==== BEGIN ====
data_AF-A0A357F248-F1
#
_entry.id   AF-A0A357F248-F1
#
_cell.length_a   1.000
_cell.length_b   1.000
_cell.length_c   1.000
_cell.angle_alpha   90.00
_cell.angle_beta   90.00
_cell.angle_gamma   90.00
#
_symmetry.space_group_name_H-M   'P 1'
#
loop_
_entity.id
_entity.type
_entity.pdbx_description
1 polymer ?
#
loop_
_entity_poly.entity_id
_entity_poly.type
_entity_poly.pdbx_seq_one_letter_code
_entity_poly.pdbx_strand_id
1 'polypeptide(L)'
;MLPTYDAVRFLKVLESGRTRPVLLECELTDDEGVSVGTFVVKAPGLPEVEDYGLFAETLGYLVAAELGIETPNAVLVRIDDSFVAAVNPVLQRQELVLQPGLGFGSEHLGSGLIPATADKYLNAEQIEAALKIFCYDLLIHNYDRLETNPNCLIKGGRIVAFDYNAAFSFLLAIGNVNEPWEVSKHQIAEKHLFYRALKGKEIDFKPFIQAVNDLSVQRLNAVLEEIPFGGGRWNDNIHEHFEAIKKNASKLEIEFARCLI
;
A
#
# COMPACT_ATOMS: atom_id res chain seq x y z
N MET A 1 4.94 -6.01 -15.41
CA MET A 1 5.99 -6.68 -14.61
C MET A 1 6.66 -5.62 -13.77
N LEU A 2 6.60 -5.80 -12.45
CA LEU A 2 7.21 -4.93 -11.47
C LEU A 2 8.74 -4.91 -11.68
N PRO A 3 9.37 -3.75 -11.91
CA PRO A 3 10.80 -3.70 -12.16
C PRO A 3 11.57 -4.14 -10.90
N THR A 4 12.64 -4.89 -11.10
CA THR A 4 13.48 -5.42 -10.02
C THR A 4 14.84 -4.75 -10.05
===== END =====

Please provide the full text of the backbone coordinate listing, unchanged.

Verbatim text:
data_AF-A0A357F248-F1
#
_entry.id   AF-A0A357F248-F1
#
_cell.length_a   1.000
_cell.length_b   1.000
_cell.length_c   1.000
_cell.angle_alpha   90.00
_cell.angle_beta   90.00
_cell.angle_gamma   90.00
#
_symmetry.space_group_name_H-M   'P 1'
#
loop_
_entity.id
_entity.type
_entity.pdbx_description
1 polymer ?
#
loop_
_entity_poly.entity_id
_entity_poly.type
_entity_poly.pdbx_seq_one_letter_code
_entity_poly.pdbx_strand_id
1 'polypeptide(L)'
;MLPTYDAVRFLKVLESGRTRPVLLECELTDDEGVSVGTFVVKAPGLPEVEDYGLFAETLGYLVAAELGIETPNAVLVRIDDSFVAAVNPVLQRQELVLQPGLGFGSEHLGSGLIPATADKYLNAEQIEAALKIFCYDLLIHNYDRLETNPNCLIKGGRIVAFDYNAAFSFLLAIGNVNEPWEVSKHQIAEKHLFYRALKGKEIDFKPFIQAVNDLSVQRLNAVLEEIPFGGGRWNDNIHEHFEAIKKNASKLEIEFARCLI
;
A
#
# COMPACT_ATOMS: atom_id res chain seq x y z
N MET A 1 4.94 -6.01 -15.41
CA MET A 1 5.99 -6.68 -14.61
C MET A 1 6.66 -5.62 -13.77
N LEU A 2 6.60 -5.80 -12.45
CA LEU A 2 7.21 -4.93 -11.47
C LEU A 2 8.74 -4.91 -11.68
N PRO A 3 9.37 -3.75 -11.91
CA PRO A 3 10.80 -3.70 -12.16
C PRO A 3 11.57 -4.14 -10.90
N THR A 4 12.64 -4.89 -11.10
CA THR A 4 13.48 -5.42 -10.02
C THR A 4 14.84 -4.75 -10.05